Again both resources are essential for test takers.  They do not contradict, but complement one another. According to PMI “there are noticeable differences between this updated PMP Examination Content Outline and A Guide to the Project Management Body of Knowledge (PMBOK® Guide) – Sixth Edition”.  PMI states that the taskforce who developed the new content outline were not bound by the PMBOK Guide, meaning that they were free to incorporate critical job tasks which may not be defined or explained as tasks in the PMBOK.

This may be one of the reasons why more and more questions in the test are in a scenario format instead of typical theory/definitions/knowledge based questions.  Experience and critical thinking based on project management best practices seems to dominate the PMP exam.

There are still some issues to be clarified, most likely when the new test will be in effect.  For example, how will domains be mapped against knowledge areas or process groups and how will domains and process groups be mapped against Predictive Environment or Agile and Hybrid context?


5. Test centers:

PMI has made a huge change in test center services. As of July 1, PMI has moved from Prometric to Pearson Vue.  And that means more test centers available. 

In view of these changes we recommend that you try and take the PMP test before December 30, 2020

For obvious reasons and given the above changes, the PMP test will become harder. Why push yourself to a harder test?  Make your study plan now and schedule your exam date before the new test comes into effect.

One way to make a good plan is to count your efforts backwards from the date of the exam, in the following order:

  1. Allow one month (4 weeks) before the date of your exam to dedicate yourself to studying and doing as many sample questions as possible.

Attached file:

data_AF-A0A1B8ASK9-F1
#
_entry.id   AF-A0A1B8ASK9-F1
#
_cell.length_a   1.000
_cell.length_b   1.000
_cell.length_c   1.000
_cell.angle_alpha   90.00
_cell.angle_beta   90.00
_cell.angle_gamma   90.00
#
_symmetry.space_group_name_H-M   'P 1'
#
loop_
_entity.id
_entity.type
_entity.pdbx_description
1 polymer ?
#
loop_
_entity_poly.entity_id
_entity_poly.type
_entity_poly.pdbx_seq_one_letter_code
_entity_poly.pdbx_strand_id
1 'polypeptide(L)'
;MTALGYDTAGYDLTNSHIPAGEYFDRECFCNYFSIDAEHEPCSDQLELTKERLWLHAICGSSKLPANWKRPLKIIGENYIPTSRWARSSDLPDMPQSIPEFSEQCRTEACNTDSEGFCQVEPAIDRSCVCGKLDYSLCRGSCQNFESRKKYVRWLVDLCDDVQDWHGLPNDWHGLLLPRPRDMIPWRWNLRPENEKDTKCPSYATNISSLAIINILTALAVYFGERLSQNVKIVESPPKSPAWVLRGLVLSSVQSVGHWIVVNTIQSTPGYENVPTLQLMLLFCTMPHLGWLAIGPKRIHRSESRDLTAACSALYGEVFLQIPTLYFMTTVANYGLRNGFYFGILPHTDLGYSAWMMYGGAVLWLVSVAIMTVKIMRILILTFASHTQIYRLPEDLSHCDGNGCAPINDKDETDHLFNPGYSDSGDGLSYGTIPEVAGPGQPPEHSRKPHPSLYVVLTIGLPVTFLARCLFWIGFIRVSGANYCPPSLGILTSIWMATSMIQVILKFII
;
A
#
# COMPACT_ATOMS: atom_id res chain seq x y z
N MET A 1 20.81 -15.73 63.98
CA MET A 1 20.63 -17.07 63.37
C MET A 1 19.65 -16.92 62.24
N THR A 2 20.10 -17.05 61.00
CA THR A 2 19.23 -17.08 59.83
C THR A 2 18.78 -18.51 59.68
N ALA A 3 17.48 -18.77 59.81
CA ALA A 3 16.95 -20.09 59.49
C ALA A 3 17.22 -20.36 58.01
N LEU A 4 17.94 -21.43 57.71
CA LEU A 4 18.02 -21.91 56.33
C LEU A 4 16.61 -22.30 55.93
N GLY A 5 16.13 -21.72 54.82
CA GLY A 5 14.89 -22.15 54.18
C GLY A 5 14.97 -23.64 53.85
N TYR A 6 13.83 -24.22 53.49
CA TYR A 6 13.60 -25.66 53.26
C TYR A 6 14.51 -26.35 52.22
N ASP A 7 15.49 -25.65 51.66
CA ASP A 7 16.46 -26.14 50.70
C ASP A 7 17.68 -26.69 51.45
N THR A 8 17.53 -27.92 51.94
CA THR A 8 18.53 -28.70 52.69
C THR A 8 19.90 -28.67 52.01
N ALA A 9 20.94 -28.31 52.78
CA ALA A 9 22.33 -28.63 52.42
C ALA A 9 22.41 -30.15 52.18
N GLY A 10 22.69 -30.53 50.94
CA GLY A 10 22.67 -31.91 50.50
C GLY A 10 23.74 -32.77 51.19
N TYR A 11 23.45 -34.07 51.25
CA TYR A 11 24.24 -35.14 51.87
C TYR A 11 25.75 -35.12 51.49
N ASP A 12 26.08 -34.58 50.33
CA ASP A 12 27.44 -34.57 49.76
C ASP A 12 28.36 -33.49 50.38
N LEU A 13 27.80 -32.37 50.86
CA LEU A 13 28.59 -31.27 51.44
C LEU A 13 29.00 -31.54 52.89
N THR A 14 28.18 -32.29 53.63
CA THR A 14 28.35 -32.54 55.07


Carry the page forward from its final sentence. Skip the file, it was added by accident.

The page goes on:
2. Calculate 80 hours of studying within these intensive 4 weeks, spread into 2 hours per working day plus a minimum of 8 hours during weekends.
  3. Take a PMP Prep course before the last intensive 4 weeks.  A PMP prep course will give you guidance and working material to better handle your prep time and economize on time and effort.
  4. Before taking a PMP Prep course get familiar with the test and the content outline. There are a number of free sample questions available online, plus many prep resources.  You must definitely acquire the PMBOK, read it at least twice and get familiar with its content.
  5. Starting this plan in September will get you easily to the test center at the end of November. Try not to schedule your test after December 5. As we are getting closer to the end of this test format, test centers might not have availability.
  6. Schedule your exam slot as soon as you can, preferably right after taking a PMP prep course. Usually these courses give you sufficient guidance on how to fill in the application form and tackle the task of describing your project management experience.  However, this is not necessary since the registration process is easy and quick.

OK, you don’t have time to take the current exam.  What’s next?

Stay tuned with us for upcoming news and tips of how to conquer the PMP.  If you have any other questions feel free to contact us at


PMI, PMBOK, PMP  are registered marks of the Project Management Institute, Inc.

Last Update At: 2020/12/10 - 13:21:46